Saturday, September 5, 2009

Ismail: Avoid using washable masks

By Annie Freeda Cruez

KUALA LUMPUR: The Health Ministry does not recommend the use of washable face masks to stop the spread of influenza A (H1N1).

Health director-general Tan Sri Dr Ismail Merican said the mask, sold at pasar malam for RM5 each, had not been evaluated by the ministry.

"People should use 3-ply and N95 masks if they have influenza-like illness (ILI)."

N95 masks fit tightly over the face, filtering out 95 per cent of small particles.

Studies show that people can cut the risk of getting sick by 60 to 80 per cent by using masks in combination with frequent hand-washing and avoiding close contact with sick persons.

Dr Ismail said masks should be used once and then thrown away.

"Wearing masks is not the solution. It helps, of course, especially if you are sick and want to move around.

"Malaysians should also observe strict personal hygiene, washing hands with soap and water, use of alcohol rubs or sanitisers, practise cough and sneeze etiquette and stay home if unwell."

The official death toll now stands at 73, as the ministry's mortality review committee has yet to confirm three deaths reported earlier.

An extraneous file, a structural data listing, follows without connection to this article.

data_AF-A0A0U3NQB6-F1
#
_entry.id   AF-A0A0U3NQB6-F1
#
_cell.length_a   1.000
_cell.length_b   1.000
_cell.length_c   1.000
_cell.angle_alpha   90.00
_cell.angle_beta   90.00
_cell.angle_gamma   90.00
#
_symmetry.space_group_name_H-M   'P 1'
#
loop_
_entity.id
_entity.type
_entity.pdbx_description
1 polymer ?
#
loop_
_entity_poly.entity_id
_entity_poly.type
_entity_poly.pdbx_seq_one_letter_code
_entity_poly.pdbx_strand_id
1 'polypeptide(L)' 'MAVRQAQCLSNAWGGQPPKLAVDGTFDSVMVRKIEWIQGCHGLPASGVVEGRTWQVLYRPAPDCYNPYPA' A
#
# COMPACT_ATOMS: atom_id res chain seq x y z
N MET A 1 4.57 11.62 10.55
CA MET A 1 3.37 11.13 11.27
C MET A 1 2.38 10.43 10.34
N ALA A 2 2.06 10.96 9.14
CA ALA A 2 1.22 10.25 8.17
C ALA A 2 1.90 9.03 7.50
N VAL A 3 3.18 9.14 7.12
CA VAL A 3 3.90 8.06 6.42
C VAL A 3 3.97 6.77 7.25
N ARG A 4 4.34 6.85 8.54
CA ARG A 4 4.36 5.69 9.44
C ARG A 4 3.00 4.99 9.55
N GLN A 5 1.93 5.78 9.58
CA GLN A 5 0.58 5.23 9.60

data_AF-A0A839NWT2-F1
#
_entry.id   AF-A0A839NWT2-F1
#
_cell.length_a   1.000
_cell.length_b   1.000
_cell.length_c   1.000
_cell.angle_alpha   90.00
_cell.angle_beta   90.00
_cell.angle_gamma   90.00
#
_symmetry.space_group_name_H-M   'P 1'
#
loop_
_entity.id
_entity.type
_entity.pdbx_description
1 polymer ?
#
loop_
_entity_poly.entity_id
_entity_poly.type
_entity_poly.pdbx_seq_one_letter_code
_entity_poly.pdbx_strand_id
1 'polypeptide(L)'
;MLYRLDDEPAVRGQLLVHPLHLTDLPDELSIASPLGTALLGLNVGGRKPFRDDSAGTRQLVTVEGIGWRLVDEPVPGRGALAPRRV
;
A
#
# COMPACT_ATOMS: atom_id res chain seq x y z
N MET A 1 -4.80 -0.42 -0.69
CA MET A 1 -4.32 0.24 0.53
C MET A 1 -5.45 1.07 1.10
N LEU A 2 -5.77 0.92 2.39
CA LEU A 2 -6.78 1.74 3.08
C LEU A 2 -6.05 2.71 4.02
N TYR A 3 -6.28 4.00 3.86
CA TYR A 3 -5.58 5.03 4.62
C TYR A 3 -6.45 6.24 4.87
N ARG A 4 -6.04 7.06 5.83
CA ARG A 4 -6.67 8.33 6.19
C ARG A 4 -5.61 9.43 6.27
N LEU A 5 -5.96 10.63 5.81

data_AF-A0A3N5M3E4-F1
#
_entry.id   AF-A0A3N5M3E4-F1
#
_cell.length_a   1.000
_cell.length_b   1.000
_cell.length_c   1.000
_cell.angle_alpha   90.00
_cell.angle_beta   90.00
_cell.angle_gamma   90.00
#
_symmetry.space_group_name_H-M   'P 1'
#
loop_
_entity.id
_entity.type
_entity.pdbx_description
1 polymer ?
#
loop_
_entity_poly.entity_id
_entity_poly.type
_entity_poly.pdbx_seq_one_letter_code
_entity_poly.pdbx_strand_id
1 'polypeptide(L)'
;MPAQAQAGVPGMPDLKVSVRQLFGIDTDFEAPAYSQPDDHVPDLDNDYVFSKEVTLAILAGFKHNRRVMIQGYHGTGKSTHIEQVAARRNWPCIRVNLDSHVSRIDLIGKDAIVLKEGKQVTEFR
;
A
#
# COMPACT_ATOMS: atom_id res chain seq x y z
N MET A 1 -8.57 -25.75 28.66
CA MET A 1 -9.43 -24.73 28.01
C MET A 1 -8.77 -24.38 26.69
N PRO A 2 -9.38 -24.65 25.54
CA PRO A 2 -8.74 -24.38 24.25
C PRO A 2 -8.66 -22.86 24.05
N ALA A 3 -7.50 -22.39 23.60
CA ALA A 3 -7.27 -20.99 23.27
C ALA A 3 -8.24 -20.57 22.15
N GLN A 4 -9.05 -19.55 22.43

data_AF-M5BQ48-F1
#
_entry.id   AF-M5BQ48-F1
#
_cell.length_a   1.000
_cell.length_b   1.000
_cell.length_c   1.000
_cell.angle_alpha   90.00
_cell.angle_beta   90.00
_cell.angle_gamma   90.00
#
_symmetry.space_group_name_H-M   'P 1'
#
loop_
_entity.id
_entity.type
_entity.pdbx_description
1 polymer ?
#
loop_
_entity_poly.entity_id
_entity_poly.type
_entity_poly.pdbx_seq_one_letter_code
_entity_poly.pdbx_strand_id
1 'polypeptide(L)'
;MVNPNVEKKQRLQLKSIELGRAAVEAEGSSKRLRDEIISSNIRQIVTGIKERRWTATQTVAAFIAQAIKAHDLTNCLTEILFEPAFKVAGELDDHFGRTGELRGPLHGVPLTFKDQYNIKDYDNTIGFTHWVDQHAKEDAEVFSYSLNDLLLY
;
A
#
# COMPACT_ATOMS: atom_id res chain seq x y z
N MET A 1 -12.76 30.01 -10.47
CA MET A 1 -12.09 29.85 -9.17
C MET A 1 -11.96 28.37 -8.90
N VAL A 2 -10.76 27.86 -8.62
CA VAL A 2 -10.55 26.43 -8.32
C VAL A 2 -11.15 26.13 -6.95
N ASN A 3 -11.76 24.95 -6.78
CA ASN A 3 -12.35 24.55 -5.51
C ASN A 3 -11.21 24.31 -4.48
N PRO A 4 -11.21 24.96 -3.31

The latest confirmed death, Dr Ismail said, was a 25-year-old woman from Betong, Sarawak, who died on Tuesday at Sibu Hospital after being admitted with fever, cough and sore throat on Aug 30.

Another 266 patients with ILI were admitted to hospitals nationwide, while 293 who were warded earlier have been discharged.

Dr Ismail said there were 1,211 patients in 110 hospitals, including 11 private hospitals, nationwide, with 230 confirmed as having H1N1.

Of the 230 patients, 41 were being treated in intensive care units.

Dr Ismail said there were still many people with ILI symptoms who out in public without wearing masks or adhering to cough and sneeze etiquette.

"Please follow our advice as by not doing so, you are spreading the virus to others, especially those who fall under the high risk category.

"Because of you, they may suffer complications and some may even die," he said.

The World Health Organisation has reported 246,221 confirmed cases of H1N1 with 2,958 deaths in 182 countries. - NST

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